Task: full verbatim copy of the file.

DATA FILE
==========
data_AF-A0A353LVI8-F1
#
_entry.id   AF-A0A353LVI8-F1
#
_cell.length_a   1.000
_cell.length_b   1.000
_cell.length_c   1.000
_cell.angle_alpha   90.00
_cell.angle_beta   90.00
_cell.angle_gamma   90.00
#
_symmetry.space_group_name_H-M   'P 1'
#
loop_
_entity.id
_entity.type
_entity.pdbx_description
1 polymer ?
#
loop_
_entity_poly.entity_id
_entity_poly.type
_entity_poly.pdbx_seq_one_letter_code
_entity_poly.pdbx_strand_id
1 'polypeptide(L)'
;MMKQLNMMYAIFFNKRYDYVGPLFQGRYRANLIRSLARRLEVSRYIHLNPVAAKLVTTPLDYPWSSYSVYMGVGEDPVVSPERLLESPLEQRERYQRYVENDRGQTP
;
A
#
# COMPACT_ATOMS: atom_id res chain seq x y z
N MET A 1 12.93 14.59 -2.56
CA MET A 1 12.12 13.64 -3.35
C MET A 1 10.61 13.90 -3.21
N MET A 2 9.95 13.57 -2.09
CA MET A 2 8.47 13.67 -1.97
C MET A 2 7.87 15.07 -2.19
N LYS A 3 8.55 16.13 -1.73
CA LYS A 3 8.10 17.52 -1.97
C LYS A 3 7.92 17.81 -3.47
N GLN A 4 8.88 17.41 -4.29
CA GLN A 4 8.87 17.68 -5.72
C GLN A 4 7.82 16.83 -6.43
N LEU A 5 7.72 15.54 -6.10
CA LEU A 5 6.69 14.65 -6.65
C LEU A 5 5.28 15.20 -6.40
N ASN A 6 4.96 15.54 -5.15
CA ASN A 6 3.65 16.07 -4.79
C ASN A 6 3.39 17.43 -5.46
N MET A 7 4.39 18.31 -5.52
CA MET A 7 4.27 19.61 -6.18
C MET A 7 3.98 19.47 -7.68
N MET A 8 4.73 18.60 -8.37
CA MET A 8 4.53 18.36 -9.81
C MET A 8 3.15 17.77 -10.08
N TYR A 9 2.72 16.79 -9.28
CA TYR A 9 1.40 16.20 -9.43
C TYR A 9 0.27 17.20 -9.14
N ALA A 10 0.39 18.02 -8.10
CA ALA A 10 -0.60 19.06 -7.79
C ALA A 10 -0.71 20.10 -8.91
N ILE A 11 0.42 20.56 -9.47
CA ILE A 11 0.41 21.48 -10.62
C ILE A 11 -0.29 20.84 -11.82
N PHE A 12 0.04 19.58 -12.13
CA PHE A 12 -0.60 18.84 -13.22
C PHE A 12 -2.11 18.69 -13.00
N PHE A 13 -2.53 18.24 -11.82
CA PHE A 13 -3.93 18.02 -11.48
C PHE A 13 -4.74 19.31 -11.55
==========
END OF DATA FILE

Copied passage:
data_AF-A0A353LVI8-F1
#
_entry.id   AF-A0A353LVI8-F1
#
_cell.length_a   1.000
_cell.length_b   1.000
_cell.length_c   1.000
_cell.angle_alpha   90.00
_cell.angle_beta   90.00
_cell.angle_gamma   90.00
#
_symmetry.space_group_name_H-M   'P 1'
#
loop_
_entity.id
_entity.type
_entity.pdbx_description
1 polymer ?
#
loop_
_entity_poly.entity_id
_entity_poly.type
_entity_poly.pdbx_seq_one_letter_code
_entity_poly.pdbx_strand_id
1 'polypeptide(L)'
;MMKQLNMMYAIFFNKRYDYVGPLFQGRYRANLIRSLARRLEVSRYIHLNPVAAKLVTTPLDYPWSSYSVYMGVGEDPVVSPERLLESPLEQRERYQRYVENDRGQTP
;
A
#
# COMPACT_ATOMS: atom_id res chain seq x y z
N MET A 1 12.93 14.59 -2.56
CA MET A 1 12.12 13.64 -3.35
C MET A 1 10.61 13.90 -3.21
N MET A 2 9.95 13.57 -2.09
CA MET A 2 8.47 13.67 -1.97
C MET A 2 7.87 15.07 -2.19
N LYS A 3 8.55 16.13 -1.73
CA LYS A 3 8.10 17.52 -1.97
C LYS A 3 7.92 17.81 -3.47
N GLN A 4 8.88 17.41 -4.29
CA GLN A 4 8.87 17.68 -5.72
C GLN A 4 7.82 16.83 -6.43
N LEU A 5 7.72 15.54 -6.10
CA LEU A 5 6.69 14.65 -6.65
C LEU A 5 5.28 15.20 -6.40
N ASN A 6 4.96 15.54 -5.15
CA ASN A 6 3.65 16.07 -4.79
C ASN A 6 3.39 17.43 -5.46
N MET A 7 4.39 18.31 -5.52
CA MET A 7 4.27 19.61 -6.18
C MET A 7 3.98 19.47 -7.68
N MET A 8 4.73 18.60 -8.37
CA MET A 8 4.53 18.36 -9.81
C MET A 8 3.15 17.77 -10.08
N TYR A 9 2.72 16.79 -9.28
CA TYR A 9 1.40 16.20 -9.43
C TYR A 9 0.27 17.20 -9.14
N ALA A 10 0.39 18.02 -8.10
CA ALA A 10 -0.60 19.06 -7.79
C ALA A 10 -0.71 20.10 -8.91
N ILE A 11 0.42 20.56 -9.47
CA ILE A 11 0.41 21.48 -10.62
C ILE A 11 -0.29 20.84 -11.82
N PHE A 12 0.04 19.58 -12.13
CA PHE A 12 -0.60 18.84 -13.22
C PHE A 12 -2.11 18.69 -13.00
N PHE A 13 -2.53 18.24 -11.82
CA PHE A 13 -3.93 18.02 -11.48
C PHE A 13 -4.74 19.31 -11.55